It's "Why Dartmouth?" Time – Part 2 (Home)
*note: This is the second iteration of my two-part "Why Dartmouth?" story/narrative. This post reflects on my decision to attend Dartmouth after getting accepted and the process of transitioning from rural Arkansas to Hanover, New Hampshire and how my life changed accordingly. IF you have not read the first post about my story, please read it first! ™
After I had all but made the decision to go to a local state college with good financial aid and a driving distance away from home, I looked into some of the top colleges in the nation. I came across schools like Yale and Princeton and the University of Michigan and Johns Hopkins. I remember telling myself out loud something like, "boy that would be nice," with a kind of snicker at the end. I'm not certain the phrase I typed into the search bar or the website I navigated to, but I remember coming across this college website that featured the most beautiful landscape I have ever seen with smiling faces, beautiful architecture, picturesque snow, and a whole lot of "green" on the page. I do remember a quote I found on this "Dartmouth College's" website: "Soon you'll see every corner of the campus, and the world, as your laboratory." It all fit. I scrutinized this college. The more I researched, the more I was reminded of the quaint town I grew up in and how I always found solace in the earth that surrounded me, by its beauty and by its therapeutic capabilities. Dartmouth was the only selective school I applied to after that. I felt in my heart that this was going to be my home. It all made sense. Finally, after all the stuff I had gone through in the college process, it all came together.
It was never a question of whether or not I would "get into" Dartmouth. Immediately after applying, I knew that this is where I was supposed to go to college and that the universe has a funny way of making things happen if they are supposed to happen. On April 6th, 2021 I was riding back with my coach from a golf match to a district tournament. He knew me well enough to know my story. I just checked my application portal and saw that I got into Dartmouth, and I was initially surprised but deep down I knew I would get in. I talked with my coach. I didn't think it was realistic for me to move halfway across the country, leaving behind a sickly grandmother and my brother and sister with my parents. Again, deep down I knew this was where I was going to college. I felt that my heart was attached to this small little college in the middle of the woods. I never visited Dartmouth, but I didn't need to. The sprawling city life wasn't for me, and Dartmouth was the best decision I could make to maximize my future opportunities while having a community and being a part of something great.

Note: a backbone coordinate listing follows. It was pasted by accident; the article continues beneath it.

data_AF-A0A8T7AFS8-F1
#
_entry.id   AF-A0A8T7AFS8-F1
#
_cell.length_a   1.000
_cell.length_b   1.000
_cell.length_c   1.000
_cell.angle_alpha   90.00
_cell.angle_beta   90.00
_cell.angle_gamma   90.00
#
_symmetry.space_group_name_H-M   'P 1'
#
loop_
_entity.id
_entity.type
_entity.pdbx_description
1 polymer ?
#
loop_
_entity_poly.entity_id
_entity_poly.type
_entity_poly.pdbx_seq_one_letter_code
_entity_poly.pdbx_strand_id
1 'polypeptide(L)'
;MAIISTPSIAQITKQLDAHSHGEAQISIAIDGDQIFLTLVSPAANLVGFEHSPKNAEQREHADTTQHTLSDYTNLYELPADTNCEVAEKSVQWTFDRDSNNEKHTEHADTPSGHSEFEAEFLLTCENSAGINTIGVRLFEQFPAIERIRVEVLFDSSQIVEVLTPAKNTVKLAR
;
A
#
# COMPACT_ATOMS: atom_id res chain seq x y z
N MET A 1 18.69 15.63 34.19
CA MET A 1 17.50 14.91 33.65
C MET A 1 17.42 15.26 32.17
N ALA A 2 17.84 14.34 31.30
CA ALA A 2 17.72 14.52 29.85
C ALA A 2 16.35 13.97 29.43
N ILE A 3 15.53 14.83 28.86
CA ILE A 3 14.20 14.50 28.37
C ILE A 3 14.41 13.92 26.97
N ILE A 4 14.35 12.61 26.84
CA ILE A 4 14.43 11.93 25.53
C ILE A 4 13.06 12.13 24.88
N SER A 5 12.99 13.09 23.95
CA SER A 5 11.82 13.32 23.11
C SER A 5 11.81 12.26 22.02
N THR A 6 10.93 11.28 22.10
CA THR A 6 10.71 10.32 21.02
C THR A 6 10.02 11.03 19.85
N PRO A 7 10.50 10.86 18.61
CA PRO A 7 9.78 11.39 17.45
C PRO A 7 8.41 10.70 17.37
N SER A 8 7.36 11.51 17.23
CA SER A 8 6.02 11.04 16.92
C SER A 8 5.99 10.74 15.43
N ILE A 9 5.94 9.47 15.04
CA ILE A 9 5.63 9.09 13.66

When I told my grandmother where I planned to go to college, she was initially skeptical (she was under the impression I was attending a college much closer to home when I told her) but she immediately supported my decision. She saw that my dedication throughout high school, the ability to strive through life's problems, and the trueness of my heart deserved a college worthy of adding to my life's story. Just like me, she realized this was the place meant for me. After graduating high school, that entire summer was dedicated to spending time with family and preparing to attend Dartmouth College. A first generation, extremely low income student with dreams to chase was ready to tackle his first year of college. My nana saw it in my eyes. When it was time to leave for Dartmouth in early August, for the FYSEP program, we planned a road trip from southeast Missouri to Hanover, New Hampshire. It was me, my nana, and Carl (my nanas companion). This road trip will be one of the greatest memories in my life. I am like my nana in many ways, full of perseverance, a heart full of kindness (sometimes too full), a work ethic like no other, and a stubbornness that got us to a good position in life. This road trip is something I hold near and dear to my heart. It wasn't just for me; my nana also got to see the country and live vicariously through me. When we got to campus, I think she could tell I was at home. Even though I'm sure it was nerve wracking for her to send me away in the moment, I think I brought her peace showing her my future home. I gave her a hug just outside the Hop Museum to catch the Dartmouth Coach for her flight back to Missouri. She wasn't a woman in touch with her compassionate side or in tune with her emotions, but everything that needed to be said was expressed in the look in her eyes and the hug she gave me. It was perfect. She passed away this past Christmas eve, but I'm at peace knowing I brought her solace in the last months of her life. It was her mission to raise me and see me do great things, and she did just that.
My "Why Dartmouth" story isn't a narrative I'm telling to show you how bad my life was before coming to Dartmouth or to give the impression of the "heroic" tale of the kid who experienced a bad childhood "making it" to the next level. Nope. My recollection of why I chose Dartmouth is more than just choosing a college or a home for the next few years. It was a statement to myself, to my friends and family, and eventually to the world that I will chase my biggest dreams and aspirations for the rest of my life. Coming to Dartmouth was a testimony that I can overcome any obstacle in my future. Every time I'm walking the halls of a Dartmouth building or staring up at Baker Berry tower while walking across the Green, I'm reminded of my story. I'm just now starting to realize that the "Why Dartmouth" portion of my story isn't a culmination of anything; Rather, it is a new and exciting chapter that adds to my book of life.